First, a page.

There are many different types of seizures, and many diagnoses that go with them. Different seizure disorders can have different causes, ranging from high fevers to trauma, infection, and chemical intoxication. In some cases the precise cause may be elusive, but most seizure disorders have one thing in common: they can be managed entirely by diet.
If you think this is just another one of my controversial statements, think again! The diet in question, known as the ketogenic diet, was developed in the early decades of the 20th century under the aus pices of the American Medical Association. It has continued to be researched to the present day in such meccas of mainstream medicine as Johns Hopkins Hospital. A history and a detailed description of the diet can be found in the book “The Ketogenic Diet: a Treatment for Epilepsy” by John Freeman, MD.
A parent’s report in the foreword to this book is quite revealing: “After thousands of epileptic seizures, an incredible of array of drugs, dozens of blood draws, eight hospitalizations, a mountain of EEGs, MRIs, CAT scans, PET scans, and one fruitless brain surgery, Charlie’s seizures were unchecked, his development delayed, and he had a prognosis of continued seizures and progressive retardation. Since we started the diet Charlie has been virtually seizure-free, completely drug-free, and a terrific little boy ever since.” So what is the ketogenic diet, and how can it be so effective? The major feature of this diet is that it severely restricts sugar and all other carbohydrates until the body’s metabolism switches from burning sugar for energy to burning fat. When this happens, benign compounds known as ketone bodies are produced. They circulate in blood and can be measured in urine with so-called ketone sticks. Positive readings on ketone sticks indicate that the diet is being implemented correctly, and so the diet itself has come to be known as ketogenic or ketone-inducing.
Our brains require relatively enormous amounts of energy. In fact, the adult human brain represents only 2% of total body mass but accounts for 15% of total energy needs of the body (Guyton, 8th edition, p. 684). The brain will always burn sugar for energy, as long as it’s available; but when it runs out, the brain adjusts easily and very efficiently to burning ketones.
Although there would seem to be a benefit to the brain from burning ketones, this benefit is not nderstood and we don’t know exactly how this diet works to control seizures. Another and perhaps overlooked aspect of this diet is that it completely eliminates sugar and severely restricts all carbohydrates. I have observed consistent behavioral and attention-related improvements with only moderate reductions in sugar and carbohydrate intake. Could it be that the complete elimination of these items has even greater brain-healing benefits for these severe cases?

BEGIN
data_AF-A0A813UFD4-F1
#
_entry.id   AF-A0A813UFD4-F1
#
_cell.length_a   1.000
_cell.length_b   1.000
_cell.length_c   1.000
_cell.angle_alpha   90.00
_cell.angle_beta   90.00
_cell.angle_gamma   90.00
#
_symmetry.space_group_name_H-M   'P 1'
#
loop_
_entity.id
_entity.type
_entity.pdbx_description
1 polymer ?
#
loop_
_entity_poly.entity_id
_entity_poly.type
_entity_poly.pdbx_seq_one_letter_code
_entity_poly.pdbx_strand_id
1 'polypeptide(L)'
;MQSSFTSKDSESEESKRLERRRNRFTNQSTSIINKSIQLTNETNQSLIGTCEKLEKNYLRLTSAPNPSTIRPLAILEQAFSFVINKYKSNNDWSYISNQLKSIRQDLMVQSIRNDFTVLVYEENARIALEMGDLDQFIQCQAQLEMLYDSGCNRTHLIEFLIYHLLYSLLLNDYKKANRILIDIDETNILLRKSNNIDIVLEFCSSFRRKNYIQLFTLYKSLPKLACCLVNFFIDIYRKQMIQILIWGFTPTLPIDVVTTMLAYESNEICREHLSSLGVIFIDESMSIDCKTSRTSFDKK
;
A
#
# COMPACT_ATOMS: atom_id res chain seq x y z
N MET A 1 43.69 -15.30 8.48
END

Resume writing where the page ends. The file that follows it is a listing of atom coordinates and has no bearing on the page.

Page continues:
Not only is this diet effective, it is completely safe. Studies have found consistently that children, even infants, on this diet develop normally. A recent study looked at the safety of the diet in infants as young as 3 months old without finding evidence of any detriment in terms of general health or growth and development (Pediatrics, 2002; 109 (5): 780). While it is known that protein and fat are essential to human life, we apparently do just fine without carbohydrates.
So why haven’t you heard about this diet from your neurologist? The answer to this question may lie primarily with a medical bias towards drugs and surgery. According to medical standards of care, the diet should only be considered in severe cases when drug therapy fails. Although I disagree with this policy, it does provide further evidence of the diet’s effectiveness.
From what I hear, in everyday practice the diet is rarely mentioned, even when drugs don’t work. In one case, when the mother of one of my patients asked her child’s neurologist about the diet, she was told with a smile that “yes, the diet could work in theory but it’s just too difficult to follow.” The neurologist’s recommendation in that case was experimental brain surgery.
In reality, the medical textbook description of the ketogenic diet makes it unnecessarily complicated and difficult to implement. A simpler version of this diet is the Atkins diet. The Atkins diet is also ketone-inducing, plus it has the added benefit that most people have a basic familiarity with it and there are books in every bookstore telling us how to follow it. Could it be just as effective?
This is exactly what a recent study performed at Johns Hopkins Hospital found. Researchers concluded that the Atkins diet is a “well-tolerated alternative to the ketogenic diet for treating medically-resistant epilepsy” (Epilepsia 44 Suppl. 9: 282 (Abst. 2. 310), 2003).
Now, you may be thinking that the Atkins diet is for weight loss and your child would wither away on it. However, it has been shown that carbohydrate-restricted diets have a “weight-optimizing” effect and it is just as likely for underweight people to gain weight on these diets as it is for overweight individuals to lose weight. For a more comprehensive discussion of the weight-optimizing effects of low-carbohydrate diets, see “Life without Bread” by Wolfgang Lutz, MD.
When implementing the Atkins diet, it is important to make healthy choices, avoiding man-made fats like margarine and the low-carb “fake” foods that are now becoming prevalent in restaurants and on grocery store shelves.